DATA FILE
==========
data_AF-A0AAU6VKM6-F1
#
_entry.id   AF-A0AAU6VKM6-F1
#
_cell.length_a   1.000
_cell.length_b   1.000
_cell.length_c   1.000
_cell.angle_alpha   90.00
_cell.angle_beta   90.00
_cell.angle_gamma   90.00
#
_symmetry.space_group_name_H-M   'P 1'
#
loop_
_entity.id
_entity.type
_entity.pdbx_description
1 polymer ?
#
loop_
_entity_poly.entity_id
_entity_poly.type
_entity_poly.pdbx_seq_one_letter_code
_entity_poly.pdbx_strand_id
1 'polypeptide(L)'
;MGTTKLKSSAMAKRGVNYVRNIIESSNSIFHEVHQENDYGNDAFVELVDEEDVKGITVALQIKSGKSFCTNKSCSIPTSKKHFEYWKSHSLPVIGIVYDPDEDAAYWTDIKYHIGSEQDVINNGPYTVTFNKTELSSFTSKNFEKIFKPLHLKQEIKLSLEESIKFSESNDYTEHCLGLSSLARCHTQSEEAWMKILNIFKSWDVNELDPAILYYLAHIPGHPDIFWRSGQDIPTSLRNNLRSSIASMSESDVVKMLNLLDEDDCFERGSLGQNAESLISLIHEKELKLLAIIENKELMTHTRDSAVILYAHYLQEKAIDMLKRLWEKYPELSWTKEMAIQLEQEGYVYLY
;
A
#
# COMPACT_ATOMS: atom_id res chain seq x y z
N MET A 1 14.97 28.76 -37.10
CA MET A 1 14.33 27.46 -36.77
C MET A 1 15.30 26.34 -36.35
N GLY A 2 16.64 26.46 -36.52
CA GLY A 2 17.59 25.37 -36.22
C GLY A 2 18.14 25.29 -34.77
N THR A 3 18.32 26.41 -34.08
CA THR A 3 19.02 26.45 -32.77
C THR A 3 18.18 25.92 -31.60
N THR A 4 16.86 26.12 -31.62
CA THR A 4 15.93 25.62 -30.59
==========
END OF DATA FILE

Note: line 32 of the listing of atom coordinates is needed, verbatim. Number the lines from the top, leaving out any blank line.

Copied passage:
CA MET A 1 14.33 27.46 -36.77